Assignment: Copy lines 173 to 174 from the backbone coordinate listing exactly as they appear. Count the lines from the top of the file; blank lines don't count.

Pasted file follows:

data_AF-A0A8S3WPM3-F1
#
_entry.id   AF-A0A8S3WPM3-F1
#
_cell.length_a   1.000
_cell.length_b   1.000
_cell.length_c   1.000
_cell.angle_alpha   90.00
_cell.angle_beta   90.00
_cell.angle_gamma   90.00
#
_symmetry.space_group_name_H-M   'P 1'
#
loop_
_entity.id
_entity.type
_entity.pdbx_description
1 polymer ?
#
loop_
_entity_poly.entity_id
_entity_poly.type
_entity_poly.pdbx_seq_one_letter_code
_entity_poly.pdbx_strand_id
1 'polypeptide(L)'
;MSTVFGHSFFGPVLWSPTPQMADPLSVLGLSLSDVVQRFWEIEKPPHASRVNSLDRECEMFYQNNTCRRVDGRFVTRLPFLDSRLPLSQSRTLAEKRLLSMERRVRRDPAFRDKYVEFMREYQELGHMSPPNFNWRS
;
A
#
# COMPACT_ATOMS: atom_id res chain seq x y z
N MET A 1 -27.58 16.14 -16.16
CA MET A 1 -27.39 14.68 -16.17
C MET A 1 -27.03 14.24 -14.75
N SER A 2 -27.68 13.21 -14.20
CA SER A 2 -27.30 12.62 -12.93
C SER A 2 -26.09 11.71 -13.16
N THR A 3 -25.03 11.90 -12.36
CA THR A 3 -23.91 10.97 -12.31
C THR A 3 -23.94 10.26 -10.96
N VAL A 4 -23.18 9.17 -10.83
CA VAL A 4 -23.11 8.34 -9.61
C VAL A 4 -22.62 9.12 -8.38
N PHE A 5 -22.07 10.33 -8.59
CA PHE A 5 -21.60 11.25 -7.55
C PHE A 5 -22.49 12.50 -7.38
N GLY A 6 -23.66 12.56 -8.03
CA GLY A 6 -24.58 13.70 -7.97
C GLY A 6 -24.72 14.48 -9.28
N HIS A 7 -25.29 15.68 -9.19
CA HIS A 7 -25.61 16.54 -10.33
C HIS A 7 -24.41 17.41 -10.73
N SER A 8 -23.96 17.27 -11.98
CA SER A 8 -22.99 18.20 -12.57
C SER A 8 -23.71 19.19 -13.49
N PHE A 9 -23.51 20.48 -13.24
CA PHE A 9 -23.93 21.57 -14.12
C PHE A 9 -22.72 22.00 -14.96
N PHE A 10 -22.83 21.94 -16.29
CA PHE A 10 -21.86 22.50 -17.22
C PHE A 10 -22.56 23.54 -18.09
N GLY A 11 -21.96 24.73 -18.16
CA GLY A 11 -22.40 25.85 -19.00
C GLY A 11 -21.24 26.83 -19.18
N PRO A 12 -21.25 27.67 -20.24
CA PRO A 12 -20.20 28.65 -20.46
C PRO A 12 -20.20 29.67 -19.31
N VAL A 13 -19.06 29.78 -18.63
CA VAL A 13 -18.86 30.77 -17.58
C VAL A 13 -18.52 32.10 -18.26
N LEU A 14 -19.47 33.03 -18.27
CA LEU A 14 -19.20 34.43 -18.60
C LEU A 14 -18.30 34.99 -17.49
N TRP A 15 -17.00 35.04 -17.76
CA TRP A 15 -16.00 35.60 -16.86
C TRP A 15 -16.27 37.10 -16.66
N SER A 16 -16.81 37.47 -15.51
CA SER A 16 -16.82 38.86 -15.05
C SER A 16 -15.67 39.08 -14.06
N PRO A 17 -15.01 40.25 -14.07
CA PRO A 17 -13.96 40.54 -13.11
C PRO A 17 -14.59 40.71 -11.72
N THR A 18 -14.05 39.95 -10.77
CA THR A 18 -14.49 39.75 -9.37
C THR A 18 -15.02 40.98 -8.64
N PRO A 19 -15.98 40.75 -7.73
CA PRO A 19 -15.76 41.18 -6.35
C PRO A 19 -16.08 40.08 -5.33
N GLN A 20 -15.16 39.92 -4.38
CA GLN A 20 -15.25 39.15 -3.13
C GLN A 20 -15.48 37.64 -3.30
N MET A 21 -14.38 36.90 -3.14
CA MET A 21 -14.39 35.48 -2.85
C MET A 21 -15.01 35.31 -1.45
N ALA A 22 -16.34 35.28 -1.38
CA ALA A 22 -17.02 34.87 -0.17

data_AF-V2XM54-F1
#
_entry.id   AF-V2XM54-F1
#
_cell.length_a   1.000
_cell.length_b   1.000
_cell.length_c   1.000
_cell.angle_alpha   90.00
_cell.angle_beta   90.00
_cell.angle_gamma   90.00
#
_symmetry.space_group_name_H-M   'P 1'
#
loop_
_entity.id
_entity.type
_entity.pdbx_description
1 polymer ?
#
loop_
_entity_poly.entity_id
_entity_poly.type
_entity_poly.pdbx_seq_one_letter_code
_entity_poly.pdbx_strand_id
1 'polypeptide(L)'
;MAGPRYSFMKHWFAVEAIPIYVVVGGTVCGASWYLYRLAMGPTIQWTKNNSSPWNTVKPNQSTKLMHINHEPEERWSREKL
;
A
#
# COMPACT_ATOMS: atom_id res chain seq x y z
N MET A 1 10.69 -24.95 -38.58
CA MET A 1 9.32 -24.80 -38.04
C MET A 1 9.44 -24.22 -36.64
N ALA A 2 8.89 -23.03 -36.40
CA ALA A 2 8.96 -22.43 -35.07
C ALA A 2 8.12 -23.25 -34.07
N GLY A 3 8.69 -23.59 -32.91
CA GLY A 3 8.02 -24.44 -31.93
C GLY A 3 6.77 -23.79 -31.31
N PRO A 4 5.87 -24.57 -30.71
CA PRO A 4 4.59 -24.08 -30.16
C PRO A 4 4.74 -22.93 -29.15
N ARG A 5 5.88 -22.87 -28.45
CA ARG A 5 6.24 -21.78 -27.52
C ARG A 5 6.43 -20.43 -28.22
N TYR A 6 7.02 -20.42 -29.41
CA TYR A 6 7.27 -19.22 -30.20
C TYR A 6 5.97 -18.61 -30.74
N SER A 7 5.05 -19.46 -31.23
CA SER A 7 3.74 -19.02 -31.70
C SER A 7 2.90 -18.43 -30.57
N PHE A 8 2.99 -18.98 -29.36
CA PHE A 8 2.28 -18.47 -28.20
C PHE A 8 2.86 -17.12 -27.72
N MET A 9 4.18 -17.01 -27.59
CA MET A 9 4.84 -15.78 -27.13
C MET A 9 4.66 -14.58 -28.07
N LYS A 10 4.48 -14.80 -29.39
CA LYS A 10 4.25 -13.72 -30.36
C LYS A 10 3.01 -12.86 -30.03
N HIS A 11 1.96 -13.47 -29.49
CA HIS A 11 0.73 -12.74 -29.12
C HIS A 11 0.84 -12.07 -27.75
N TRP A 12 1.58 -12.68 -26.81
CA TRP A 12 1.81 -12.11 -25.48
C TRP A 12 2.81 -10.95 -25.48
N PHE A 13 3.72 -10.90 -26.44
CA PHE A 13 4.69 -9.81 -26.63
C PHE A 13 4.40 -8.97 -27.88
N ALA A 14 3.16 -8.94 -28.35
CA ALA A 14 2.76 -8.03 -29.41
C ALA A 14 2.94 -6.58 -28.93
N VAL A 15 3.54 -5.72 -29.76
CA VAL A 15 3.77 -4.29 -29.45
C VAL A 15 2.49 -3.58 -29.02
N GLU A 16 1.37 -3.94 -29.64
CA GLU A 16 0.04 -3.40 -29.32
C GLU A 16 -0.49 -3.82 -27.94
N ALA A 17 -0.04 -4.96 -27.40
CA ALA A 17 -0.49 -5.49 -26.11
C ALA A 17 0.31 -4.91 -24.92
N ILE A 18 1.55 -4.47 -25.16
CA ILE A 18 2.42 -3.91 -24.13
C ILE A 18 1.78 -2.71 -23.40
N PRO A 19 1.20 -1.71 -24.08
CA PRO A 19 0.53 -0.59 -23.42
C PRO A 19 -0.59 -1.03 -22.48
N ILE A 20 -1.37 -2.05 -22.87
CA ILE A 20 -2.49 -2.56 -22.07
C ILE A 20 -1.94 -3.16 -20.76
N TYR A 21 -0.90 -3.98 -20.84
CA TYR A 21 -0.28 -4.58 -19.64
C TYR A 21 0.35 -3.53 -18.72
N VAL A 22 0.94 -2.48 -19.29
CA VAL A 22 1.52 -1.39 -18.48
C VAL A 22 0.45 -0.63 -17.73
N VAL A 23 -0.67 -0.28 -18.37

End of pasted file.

C GLU A 16 -0.49 -3.82 -27.94
N ALA A 17 -0.04 -4.96 -27.40